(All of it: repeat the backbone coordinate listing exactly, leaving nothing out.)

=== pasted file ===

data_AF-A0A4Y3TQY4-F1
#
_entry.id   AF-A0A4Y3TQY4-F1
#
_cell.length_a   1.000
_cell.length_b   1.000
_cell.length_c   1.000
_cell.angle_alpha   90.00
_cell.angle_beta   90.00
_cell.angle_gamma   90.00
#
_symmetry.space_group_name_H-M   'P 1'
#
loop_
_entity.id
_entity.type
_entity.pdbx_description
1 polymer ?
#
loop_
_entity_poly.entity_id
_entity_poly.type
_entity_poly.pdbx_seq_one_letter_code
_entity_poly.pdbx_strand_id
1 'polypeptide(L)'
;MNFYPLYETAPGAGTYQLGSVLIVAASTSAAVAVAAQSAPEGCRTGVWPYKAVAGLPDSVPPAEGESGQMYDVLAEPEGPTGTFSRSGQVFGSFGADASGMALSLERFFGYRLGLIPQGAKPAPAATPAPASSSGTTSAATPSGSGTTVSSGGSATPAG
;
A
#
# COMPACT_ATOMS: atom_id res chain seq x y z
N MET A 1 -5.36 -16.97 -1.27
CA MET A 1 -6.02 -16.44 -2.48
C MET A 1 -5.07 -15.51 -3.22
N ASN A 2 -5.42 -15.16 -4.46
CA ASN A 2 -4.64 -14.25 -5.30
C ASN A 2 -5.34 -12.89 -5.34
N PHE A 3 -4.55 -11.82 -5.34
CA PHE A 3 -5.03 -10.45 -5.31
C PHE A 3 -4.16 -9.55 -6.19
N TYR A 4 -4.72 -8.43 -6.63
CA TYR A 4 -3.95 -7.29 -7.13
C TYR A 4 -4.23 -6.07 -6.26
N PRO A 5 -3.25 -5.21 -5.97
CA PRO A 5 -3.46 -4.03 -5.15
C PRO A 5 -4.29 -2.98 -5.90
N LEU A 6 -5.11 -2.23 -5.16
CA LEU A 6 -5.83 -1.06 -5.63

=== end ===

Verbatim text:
data_AF-A0A4Y3TQY4-F1
#
_entry.id   AF-A0A4Y3TQY4-F1
#
_cell.length_a   1.000
_cell.length_b   1.000
_cell.length_c   1.000
_cell.angle_alpha   90.00
_cell.angle_beta   90.00
_cell.angle_gamma   90.00
#
_symmetry.space_group_name_H-M   'P 1'
#
loop_
_entity.id
_entity.type
_entity.pdbx_description
1 polymer ?
#
loop_
_entity_poly.entity_id
_entity_poly.type
_entity_poly.pdbx_seq_one_letter_code
_entity_poly.pdbx_strand_id
1 'polypeptide(L)'
;MNFYPLYETAPGAGTYQLGSVLIVAASTSAAVAVAAQSAPEGCRTGVWPYKAVAGLPDSVPPAEGESGQMYDVLAEPEGPTGTFSRSGQVFGSFGADASGMALSLERFFGYRLGLIPQGAKPAPAATPAPASSSGTTSAATPSGSGTTVSSGGSATPAG
;
A
#
# COMPACT_ATOMS: atom_id res chain seq x y z
N MET A 1 -5.36 -16.97 -1.27
CA MET A 1 -6.02 -16.44 -2.48
C MET A 1 -5.07 -15.51 -3.22
N ASN A 2 -5.42 -15.16 -4.46
CA ASN A 2 -4.64 -14.25 -5.30
C ASN A 2 -5.34 -12.89 -5.34
N PHE A 3 -4.55 -11.82 -5.34
CA PHE A 3 -5.03 -10.45 -5.31
C PHE A 3 -4.16 -9.55 -6.19
N TYR A 4 -4.72 -8.43 -6.63
CA TYR A 4 -3.95 -7.29 -7.13
C TYR A 4 -4.23 -6.07 -6.26
N PRO A 5 -3.25 -5.21 -5.97
CA PRO A 5 -3.46 -4.03 -5.15
C PRO A 5 -4.29 -2.98 -5.90
N LEU A 6 -5.11 -2.23 -5.16
CA LEU A 6 -5.83 -1.06 -5.63